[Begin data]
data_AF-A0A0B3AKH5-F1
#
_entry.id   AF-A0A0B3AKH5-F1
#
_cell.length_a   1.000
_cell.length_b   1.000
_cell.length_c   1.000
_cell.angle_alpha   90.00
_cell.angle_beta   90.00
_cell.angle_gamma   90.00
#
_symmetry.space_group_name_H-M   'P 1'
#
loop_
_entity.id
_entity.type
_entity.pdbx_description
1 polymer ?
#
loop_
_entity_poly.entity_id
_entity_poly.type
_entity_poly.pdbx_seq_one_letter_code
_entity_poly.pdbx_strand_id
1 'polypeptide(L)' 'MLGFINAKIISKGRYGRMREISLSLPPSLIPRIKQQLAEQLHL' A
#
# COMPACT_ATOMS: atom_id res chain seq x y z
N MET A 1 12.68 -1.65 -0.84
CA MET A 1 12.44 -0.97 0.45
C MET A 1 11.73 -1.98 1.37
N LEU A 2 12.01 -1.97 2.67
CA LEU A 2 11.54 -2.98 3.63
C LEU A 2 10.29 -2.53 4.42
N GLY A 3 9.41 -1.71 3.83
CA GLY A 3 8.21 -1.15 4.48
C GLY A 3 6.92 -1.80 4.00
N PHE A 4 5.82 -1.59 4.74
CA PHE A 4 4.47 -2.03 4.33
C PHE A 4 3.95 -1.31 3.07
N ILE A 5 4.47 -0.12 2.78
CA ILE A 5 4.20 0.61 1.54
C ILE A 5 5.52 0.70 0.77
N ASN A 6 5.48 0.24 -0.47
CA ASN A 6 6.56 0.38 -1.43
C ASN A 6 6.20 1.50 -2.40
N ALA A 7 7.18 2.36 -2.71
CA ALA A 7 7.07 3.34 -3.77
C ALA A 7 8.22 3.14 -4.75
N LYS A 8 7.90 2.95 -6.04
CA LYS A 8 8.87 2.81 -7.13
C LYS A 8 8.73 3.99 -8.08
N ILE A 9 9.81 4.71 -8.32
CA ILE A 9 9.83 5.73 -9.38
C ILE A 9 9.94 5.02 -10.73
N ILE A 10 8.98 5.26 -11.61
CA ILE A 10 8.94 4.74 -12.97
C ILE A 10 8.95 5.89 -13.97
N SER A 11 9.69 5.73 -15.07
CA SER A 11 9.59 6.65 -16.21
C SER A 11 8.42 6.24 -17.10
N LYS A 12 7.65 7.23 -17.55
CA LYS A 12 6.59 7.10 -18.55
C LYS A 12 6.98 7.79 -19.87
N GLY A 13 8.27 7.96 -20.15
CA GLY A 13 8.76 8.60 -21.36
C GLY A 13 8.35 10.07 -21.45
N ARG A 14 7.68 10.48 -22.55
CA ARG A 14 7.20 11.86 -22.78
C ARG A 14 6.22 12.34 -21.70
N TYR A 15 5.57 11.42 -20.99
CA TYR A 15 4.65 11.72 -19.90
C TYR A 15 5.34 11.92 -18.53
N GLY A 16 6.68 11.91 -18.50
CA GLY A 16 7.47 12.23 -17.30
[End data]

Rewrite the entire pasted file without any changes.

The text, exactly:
data_AF-A0A0B3AKH5-F1
#
_entry.id   AF-A0A0B3AKH5-F1
#
_cell.length_a   1.000
_cell.length_b   1.000
_cell.length_c   1.000
_cell.angle_alpha   90.00
_cell.angle_beta   90.00
_cell.angle_gamma   90.00
#
_symmetry.space_group_name_H-M   'P 1'
#
loop_
_entity.id
_entity.type
_entity.pdbx_description
1 polymer ?
#
loop_
_entity_poly.entity_id
_entity_poly.type
_entity_poly.pdbx_seq_one_letter_code
_entity_poly.pdbx_strand_id
1 'polypeptide(L)' 'MLGFINAKIISKGRYGRMREISLSLPPSLIPRIKQQLAEQLHL' A
#
# COMPACT_ATOMS: atom_id res chain seq x y z
N MET A 1 12.68 -1.65 -0.84
CA MET A 1 12.44 -0.97 0.45
C MET A 1 11.73 -1.98 1.37
N LEU A 2 12.01 -1.97 2.67
CA LEU A 2 11.54 -2.98 3.63
C LEU A 2 10.29 -2.53 4.42
N GLY A 3 9.41 -1.71 3.83
CA GLY A 3 8.21 -1.15 4.48
C GLY A 3 6.92 -1.80 4.00
N PHE A 4 5.82 -1.59 4.74
CA PHE A 4 4.47 -2.03 4.33
C PHE A 4 3.95 -1.31 3.07
N ILE A 5 4.47 -0.12 2.78
CA ILE A 5 4.20 0.61 1.54
C ILE A 5 5.52 0.70 0.77
N ASN A 6 5.48 0.24 -0.47
CA ASN A 6 6.56 0.38 -1.43
C ASN A 6 6.20 1.50 -2.40
N ALA A 7 7.18 2.36 -2.71
CA ALA A 7 7.07 3.34 -3.77
C ALA A 7 8.22 3.14 -4.75
N LYS A 8 7.90 2.95 -6.04
CA LYS A 8 8.87 2.81 -7.13
C LYS A 8 8.73 3.99 -8.08
N ILE A 9 9.81 4.71 -8.32
CA ILE A 9 9.83 5.73 -9.38
C ILE A 9 9.94 5.02 -10.73
N ILE A 10 8.98 5.26 -11.61
CA ILE A 10 8.94 4.74 -12.97
C ILE A 10 8.95 5.89 -13.97
N SER A 11 9.69 5.73 -15.07
CA SER A 11 9.59 6.65 -16.21
C SER A 11 8.42 6.24 -17.10
N LYS A 12 7.65 7.23 -17.55
CA LYS A 12 6.59 7.10 -18.55
C LYS A 12 6.98 7.79 -19.87
N GLY A 13 8.27 7.96 -20.15
CA GLY A 13 8.76 8.60 -21.36
C GLY A 13 8.35 10.07 -21.45
N ARG A 14 7.68 10.48 -22.55
CA ARG A 14 7.20 11.86 -22.78
C ARG A 14 6.22 12.34 -21.70
N TYR A 15 5.57 11.42 -20.99
CA TYR A 15 4.65 11.72 -19.90
C TYR A 15 5.34 11.92 -18.53
N GLY A 16 6.68 11.91 -18.50
CA GLY A 16 7.47 12.23 -17.30